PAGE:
Maputo, 9 Nov (AIM) – A noisy crowd on Wednesday obliged Mozambican President Filipe Nyusi to abandon the written speech he was giving at a ceremony in the northern province of Nampula.
Nyusi had gone to Nampula to inaugurate the connection of the Covo-Ger-Ger administrative post, in Nacala-a-Velha district, to the national electricity grid.
Far from welcoming the new electricity sub-station in dignified silence, the crowd continued to talk among themselves, making such a noise that it was impossible to hear what Nyusi was trying to say.
He tried for about a minute, speaking about the achievements of the government in electrification. “Our main goal is to guarantee universal access to electricity for all Mozambicans”, he said. “From 2020 to now, 55 administrative posts have been electrified, benefitting 1.2 million people”.
But the noise from the crowd was such that it was impossible to continue the speech. Nyusi then turned to his delegation and asked (with the microphone still on) “what do they want?”
Nyusi left the rostrum and approached the crowd, with no greater success. He returned to the rostrum and spoke for another three minutes or so, but the noise continued.
The Nampula provincial governor, Manuel Rodrigues, urged the crowd to keep quiet and allow the President to speak. He was unsuccessful.
Giving up his written speech, Nyusi spoke off the cuff, declaring “we promised to electrify all the administrative posts during this term of office, and we’re almost finished. I believe that next year we shall conclude the task”.
The ceremony ended with members of the crowd drifting away before the President had left.
This cool reception for Nyusi was unprecedented. It cannot be blamed on the opposition parties, since there was no sign of their flags or slogans (at least not on the television footage).
Was the public of Covo Ger-Ger protesting at the municipal election results? Perhaps – but there are no municipalities in Nacala-a-Velha district. However, people living there doubtless have friends and relatives in Nacala Port, and other municipalities on the Nampula coast and so would be aware of the demonstrations against what the opposition regards as “a mega-fraud”.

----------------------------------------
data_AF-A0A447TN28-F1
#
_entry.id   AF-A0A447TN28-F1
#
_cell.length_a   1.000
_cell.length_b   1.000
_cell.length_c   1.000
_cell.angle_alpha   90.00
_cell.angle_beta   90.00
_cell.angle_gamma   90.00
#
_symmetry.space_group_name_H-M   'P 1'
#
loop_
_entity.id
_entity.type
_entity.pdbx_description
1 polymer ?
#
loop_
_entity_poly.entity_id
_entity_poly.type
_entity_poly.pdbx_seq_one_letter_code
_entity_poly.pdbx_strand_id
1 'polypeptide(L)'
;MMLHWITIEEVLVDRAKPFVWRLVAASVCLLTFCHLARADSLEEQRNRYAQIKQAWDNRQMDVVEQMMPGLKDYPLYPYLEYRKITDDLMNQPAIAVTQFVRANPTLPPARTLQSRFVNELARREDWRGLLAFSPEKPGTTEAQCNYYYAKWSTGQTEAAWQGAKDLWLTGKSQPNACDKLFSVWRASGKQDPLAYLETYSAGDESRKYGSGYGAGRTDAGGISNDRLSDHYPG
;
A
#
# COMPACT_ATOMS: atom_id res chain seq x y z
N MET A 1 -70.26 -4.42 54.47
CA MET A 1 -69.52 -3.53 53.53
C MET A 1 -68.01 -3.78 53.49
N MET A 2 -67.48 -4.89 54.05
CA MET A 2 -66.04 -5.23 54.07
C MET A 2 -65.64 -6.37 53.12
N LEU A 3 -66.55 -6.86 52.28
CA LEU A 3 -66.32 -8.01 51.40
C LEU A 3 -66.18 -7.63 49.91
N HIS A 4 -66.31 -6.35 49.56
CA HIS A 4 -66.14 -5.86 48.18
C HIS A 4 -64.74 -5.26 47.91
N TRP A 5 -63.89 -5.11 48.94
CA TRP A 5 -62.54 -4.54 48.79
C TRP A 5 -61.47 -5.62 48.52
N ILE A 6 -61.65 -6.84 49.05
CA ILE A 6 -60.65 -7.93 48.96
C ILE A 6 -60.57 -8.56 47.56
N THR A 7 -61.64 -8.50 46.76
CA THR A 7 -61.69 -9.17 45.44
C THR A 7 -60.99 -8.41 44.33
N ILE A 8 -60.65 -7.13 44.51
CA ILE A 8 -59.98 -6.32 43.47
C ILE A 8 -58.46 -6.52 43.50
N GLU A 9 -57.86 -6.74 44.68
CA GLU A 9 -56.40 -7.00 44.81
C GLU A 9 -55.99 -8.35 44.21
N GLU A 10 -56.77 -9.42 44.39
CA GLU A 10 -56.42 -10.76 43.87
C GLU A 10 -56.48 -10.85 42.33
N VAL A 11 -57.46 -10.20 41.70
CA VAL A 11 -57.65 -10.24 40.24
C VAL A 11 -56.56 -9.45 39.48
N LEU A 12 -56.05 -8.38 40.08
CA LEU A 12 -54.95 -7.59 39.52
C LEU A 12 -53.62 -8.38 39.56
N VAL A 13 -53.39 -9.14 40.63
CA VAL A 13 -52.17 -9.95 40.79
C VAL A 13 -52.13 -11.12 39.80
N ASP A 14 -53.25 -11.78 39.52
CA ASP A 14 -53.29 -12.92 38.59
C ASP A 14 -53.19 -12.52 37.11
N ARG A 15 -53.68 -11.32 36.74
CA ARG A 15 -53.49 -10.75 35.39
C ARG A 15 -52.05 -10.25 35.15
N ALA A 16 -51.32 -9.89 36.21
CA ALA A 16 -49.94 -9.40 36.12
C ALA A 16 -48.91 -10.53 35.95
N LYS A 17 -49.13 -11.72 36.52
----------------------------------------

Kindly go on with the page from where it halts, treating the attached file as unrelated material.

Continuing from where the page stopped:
Speaking to the independent television station STV, Nyusi made light of what had happened, saying the crowd was here not to listen to him, but to celebrate the arrival of electricity.
“The population wants electricity, they want water, they want roads, they want telephones, they want to live well, and when we arrive, for them, it’s a party”, he said. “They didn’t give us the time to stop and speak, because they want to celebrate the electricity that has arrived, and which they had long been waiting for”.
According to the publicly-owned electricity company, EDM, the electrification of Covo-Ger-Ger cost 48 million meticais (about 751,000 US dollars, at the current exchange rate).
25 kilometres of medium voltage transmission line, and 10 kilometres of low voltage line were installed as well as seven transformer posts. 1,050 consumers will be connected to the grid, out of 1,500 envisaged in the first phase of electrification.
Earlier in the day, Nyusi inaugurated the connection to the grid of the Saua-Saua administrative post, in Nacaroa district, which involved building 50 kilometres of medium voltage and ten kilometres of low voltage transmission line.
It cost 113 million meticais. The electrification of both Saua-Saua and Covo-Ger-Ger was financed entirely out of the state budget.